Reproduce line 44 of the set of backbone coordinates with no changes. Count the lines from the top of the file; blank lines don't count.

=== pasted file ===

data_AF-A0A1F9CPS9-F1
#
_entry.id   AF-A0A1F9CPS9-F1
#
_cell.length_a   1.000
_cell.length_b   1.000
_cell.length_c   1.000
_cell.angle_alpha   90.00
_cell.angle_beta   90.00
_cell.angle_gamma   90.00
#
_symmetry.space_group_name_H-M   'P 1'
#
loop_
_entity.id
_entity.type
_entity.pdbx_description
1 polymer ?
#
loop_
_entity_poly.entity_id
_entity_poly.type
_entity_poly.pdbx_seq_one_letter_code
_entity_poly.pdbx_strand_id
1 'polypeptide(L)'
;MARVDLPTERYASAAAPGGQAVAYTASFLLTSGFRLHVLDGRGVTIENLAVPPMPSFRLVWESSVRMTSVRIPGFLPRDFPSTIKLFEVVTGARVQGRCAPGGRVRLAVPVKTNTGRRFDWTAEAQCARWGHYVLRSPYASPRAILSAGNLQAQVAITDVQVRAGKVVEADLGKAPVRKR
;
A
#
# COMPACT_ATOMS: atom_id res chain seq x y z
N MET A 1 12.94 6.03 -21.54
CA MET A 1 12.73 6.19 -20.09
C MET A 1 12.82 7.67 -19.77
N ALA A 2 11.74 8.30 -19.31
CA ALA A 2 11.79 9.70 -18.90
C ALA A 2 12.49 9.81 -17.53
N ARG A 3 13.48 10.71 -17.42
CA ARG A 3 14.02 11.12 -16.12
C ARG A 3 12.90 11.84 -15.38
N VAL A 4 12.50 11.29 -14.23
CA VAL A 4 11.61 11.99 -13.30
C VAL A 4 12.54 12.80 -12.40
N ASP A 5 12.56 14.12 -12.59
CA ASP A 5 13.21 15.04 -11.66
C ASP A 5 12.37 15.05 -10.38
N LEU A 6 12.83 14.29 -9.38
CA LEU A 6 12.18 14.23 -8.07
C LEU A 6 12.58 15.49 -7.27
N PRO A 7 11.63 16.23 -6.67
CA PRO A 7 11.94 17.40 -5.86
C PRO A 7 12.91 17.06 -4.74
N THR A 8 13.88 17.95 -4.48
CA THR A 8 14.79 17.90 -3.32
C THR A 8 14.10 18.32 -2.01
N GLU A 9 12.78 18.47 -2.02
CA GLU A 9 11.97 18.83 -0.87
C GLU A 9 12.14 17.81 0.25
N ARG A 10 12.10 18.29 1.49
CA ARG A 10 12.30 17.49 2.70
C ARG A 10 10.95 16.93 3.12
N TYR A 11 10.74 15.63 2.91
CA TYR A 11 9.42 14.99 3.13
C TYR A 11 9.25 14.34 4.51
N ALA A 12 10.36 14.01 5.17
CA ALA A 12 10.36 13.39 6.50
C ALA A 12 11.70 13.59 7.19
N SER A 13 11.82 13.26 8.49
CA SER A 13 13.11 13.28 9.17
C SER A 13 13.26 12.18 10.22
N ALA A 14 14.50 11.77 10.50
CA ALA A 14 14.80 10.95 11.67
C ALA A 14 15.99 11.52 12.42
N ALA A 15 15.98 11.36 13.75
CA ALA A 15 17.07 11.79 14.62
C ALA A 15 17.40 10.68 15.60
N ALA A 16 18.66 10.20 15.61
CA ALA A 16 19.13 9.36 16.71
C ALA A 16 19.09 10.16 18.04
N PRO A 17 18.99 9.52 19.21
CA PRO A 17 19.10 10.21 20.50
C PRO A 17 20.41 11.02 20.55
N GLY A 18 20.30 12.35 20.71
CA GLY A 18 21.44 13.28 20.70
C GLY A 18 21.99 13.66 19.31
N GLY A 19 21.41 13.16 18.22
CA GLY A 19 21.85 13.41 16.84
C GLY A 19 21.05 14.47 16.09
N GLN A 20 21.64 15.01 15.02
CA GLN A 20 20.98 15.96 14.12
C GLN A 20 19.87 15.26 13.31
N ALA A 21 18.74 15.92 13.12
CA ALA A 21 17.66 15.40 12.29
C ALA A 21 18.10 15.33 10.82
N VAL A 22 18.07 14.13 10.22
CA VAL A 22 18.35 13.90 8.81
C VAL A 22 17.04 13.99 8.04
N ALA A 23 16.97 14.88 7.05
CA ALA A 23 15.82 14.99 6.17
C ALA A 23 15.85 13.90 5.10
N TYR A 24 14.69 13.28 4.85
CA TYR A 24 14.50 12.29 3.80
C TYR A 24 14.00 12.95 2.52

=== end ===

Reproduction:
CA ASP A 5 13.21 15.04 -11.66